and professional. Failure to get unanimous support will result in a failing grade for that portion
of the marketing plan.)

Participation and Contribution to Discussion
Your own contribution to the classroom discussion based on your own knowledge and your
experiences is a critical part of the success of the course for everyone. Note that 50 points
depend on your performance in this facet of the course. This is often enough to make a
difference in final grades. I expect informed, interesting, and insightful comments from
individuals in the class. This includes meaningful comments during class discussion as well as
during group breakout sessions. Keep in mind that your grade for participation is not simply a
function of the amount of “air time.” Thus participation grades reflect the quality of
contribution rather than merely quantity of "talk time." Be respectful of other students and
avoid dominating the class discussion.

It is your responsibility to attend class or get the information and assignments discussed in
class. Obviously, if you are not in class you cannot be recognized for your contribution toward
the weekly discussion.
Checklist for grading Class Participation:
Active listening (including appropriate nonverbal communication)
Treating other students with respect and courtesy (avoid private conversations with
classmates)
Provide depth and completeness in your responses (Including peer and self evaluations.)
Turn in out-of-class assignments on time
Come to class and come to class on time (if you arrive late for class, it is your responsibility to
         come see me at break to insure that your attendance is marked.)
Stay until the end of class
Be an active participant in group exercises
Avoid engaging in non-class related activities during class (e.g., Please, please, please – turn off
         all cell phones, no web surfing unrelated to the class discussion, no text-messaging, no
         e-mailing, no checking e-mail, etc during class).

Applications Papers
This facet of the course provides the opportunity for you to inject some of your own learning
and experience more directly into the mix. This provides you the opportunity to apply ideas to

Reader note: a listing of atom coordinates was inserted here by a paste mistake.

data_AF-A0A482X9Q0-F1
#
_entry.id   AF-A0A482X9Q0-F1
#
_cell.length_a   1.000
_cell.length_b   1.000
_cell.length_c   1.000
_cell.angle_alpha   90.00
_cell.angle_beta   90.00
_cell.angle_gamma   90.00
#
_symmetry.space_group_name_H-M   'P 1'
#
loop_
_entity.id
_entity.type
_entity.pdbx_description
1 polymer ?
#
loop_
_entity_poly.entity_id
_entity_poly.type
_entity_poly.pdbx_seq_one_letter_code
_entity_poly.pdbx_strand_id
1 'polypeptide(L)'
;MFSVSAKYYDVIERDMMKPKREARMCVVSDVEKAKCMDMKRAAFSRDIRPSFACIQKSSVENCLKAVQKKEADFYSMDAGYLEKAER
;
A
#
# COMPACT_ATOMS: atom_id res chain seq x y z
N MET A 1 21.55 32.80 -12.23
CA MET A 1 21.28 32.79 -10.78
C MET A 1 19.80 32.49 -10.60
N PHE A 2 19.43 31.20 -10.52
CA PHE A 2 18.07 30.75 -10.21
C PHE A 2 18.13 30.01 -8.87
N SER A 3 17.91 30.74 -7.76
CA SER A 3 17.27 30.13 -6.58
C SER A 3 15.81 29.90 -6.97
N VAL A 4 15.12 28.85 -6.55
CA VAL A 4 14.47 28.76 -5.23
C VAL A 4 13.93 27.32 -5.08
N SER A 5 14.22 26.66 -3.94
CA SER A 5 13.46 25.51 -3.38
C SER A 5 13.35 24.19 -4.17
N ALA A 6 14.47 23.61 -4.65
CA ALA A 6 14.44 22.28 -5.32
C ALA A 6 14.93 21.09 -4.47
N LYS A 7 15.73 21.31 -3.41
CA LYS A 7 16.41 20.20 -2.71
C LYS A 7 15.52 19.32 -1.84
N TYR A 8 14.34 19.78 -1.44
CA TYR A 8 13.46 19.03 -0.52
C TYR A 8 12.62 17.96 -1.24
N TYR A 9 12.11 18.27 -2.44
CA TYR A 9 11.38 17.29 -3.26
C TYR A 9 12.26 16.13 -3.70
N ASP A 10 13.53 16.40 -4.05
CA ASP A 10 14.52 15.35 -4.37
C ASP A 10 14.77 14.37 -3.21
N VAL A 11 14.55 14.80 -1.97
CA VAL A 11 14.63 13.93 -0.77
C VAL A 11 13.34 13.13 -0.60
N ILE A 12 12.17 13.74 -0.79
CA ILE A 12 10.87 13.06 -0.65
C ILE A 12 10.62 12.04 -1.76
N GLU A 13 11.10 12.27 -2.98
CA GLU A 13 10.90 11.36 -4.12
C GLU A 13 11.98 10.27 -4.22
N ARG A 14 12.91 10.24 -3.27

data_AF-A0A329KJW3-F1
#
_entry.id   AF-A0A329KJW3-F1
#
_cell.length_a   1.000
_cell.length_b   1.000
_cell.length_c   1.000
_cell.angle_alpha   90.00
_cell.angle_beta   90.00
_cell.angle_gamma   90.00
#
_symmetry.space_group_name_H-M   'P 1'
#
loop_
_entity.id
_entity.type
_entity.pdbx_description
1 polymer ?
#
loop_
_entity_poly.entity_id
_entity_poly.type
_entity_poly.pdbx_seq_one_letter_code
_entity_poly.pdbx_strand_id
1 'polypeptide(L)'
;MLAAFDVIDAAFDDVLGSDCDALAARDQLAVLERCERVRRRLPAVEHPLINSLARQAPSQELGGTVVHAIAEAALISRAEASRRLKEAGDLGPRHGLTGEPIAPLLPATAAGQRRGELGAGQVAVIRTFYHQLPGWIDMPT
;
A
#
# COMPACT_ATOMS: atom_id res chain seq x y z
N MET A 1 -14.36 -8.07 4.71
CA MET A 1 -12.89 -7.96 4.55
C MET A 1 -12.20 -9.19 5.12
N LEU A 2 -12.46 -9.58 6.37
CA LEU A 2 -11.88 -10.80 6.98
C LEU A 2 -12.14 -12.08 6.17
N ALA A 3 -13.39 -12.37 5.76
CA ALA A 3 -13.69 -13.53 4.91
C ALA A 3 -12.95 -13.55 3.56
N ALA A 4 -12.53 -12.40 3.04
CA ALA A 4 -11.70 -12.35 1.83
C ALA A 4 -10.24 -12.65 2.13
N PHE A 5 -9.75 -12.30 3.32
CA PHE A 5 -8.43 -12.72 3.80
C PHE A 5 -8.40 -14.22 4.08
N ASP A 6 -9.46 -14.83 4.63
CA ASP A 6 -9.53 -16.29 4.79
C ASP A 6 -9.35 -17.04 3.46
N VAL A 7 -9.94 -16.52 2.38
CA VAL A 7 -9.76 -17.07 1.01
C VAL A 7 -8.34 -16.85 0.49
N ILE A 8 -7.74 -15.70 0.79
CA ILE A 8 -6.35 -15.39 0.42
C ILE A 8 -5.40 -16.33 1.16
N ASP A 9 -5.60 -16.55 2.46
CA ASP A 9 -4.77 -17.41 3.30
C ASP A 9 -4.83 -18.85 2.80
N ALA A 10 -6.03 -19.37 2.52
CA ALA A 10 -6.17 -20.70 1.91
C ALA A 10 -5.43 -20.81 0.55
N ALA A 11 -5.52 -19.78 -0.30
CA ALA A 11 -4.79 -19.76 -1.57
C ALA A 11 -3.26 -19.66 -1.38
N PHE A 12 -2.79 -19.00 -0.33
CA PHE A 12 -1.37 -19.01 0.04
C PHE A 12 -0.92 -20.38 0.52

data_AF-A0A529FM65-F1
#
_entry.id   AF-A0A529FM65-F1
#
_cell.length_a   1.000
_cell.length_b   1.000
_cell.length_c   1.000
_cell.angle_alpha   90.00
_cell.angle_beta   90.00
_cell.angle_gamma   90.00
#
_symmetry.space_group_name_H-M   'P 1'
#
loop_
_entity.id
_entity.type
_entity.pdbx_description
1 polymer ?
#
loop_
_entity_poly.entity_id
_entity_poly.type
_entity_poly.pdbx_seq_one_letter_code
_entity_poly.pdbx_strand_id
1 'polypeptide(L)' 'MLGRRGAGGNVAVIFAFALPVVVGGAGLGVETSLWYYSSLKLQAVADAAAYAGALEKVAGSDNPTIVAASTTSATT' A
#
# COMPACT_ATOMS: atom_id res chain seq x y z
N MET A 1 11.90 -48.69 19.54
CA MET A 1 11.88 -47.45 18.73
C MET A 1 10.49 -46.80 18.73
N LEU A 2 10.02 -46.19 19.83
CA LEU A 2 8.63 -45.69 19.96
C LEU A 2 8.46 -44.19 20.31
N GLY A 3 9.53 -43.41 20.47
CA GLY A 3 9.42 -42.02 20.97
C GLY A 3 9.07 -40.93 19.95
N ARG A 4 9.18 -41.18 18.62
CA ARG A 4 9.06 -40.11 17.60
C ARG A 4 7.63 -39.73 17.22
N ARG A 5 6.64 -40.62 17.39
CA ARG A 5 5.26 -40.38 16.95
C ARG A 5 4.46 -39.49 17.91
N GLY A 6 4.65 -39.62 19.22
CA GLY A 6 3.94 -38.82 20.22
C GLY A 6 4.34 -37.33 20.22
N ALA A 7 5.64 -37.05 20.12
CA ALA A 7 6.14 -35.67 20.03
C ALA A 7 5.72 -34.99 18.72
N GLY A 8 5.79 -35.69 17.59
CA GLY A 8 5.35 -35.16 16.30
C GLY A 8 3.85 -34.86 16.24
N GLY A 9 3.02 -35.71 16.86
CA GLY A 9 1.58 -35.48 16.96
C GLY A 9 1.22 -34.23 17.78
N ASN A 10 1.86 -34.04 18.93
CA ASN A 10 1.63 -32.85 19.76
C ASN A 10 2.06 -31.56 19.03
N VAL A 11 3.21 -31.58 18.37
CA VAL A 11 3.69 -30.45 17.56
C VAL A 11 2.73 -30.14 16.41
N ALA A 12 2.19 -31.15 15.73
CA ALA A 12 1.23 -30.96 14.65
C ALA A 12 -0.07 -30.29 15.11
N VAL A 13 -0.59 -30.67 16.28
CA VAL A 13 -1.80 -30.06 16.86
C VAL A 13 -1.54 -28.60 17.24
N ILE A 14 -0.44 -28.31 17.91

specific issues, picking companies of your own choosing! Each student will turn in five
application papers throughout the semester.

Submit all application papers to me via the assignment function. This will allow me to give you
feedback before the next paper is due.
We will discuss the assignment in class on that day, so you may wish to keep a copy for your
own reference. Applications papers turned in late will receive an automatic 5 point deduction.
An additional 5 point deduction will be assessed for each additional day the paper is late. (No
exceptions.) If you find you must miss class on the day one is due you must send your paper to
me electronically (via e-mail) before the class session begins. These are individual papers. Do
not work on preparing them with other students. Include references at the end of the
application paper. References could include people, articles, websites, etc. FAILURE TO
INCLUDE REFERENCES WILL RESULT IN AN AUTOMATIC 5 POINT DEDUCTION FROM YOUR
APPLICATION PAPER. Exceeding the page limit will also result in a point deduction. (The number
of points will depend upon how much you go over.)
More details about the applications papers are provided in Appendix B and C of this syllabus.

Marketing Plan
As an integrative experiential exercise, each student team will prepare a comprehensive
marketing plan for a company. (This is no small task.) The marketing plan will be based upon a
proposal and outline submitted by the team and approved by the professor. Consider this a
challenge to incorporate your team’s marketing skills and knowledge into a single project.
Creativity is strongly encouraged. An “A” paper must be truly outstanding and will provide a
proactive, comprehensive strategy (incorporating all elements in the marketing mix) as well as
performance metrics and a realistic timeline for implementation.

The Marketing Plan Handbook provides you a terrific resource to capture the elements for your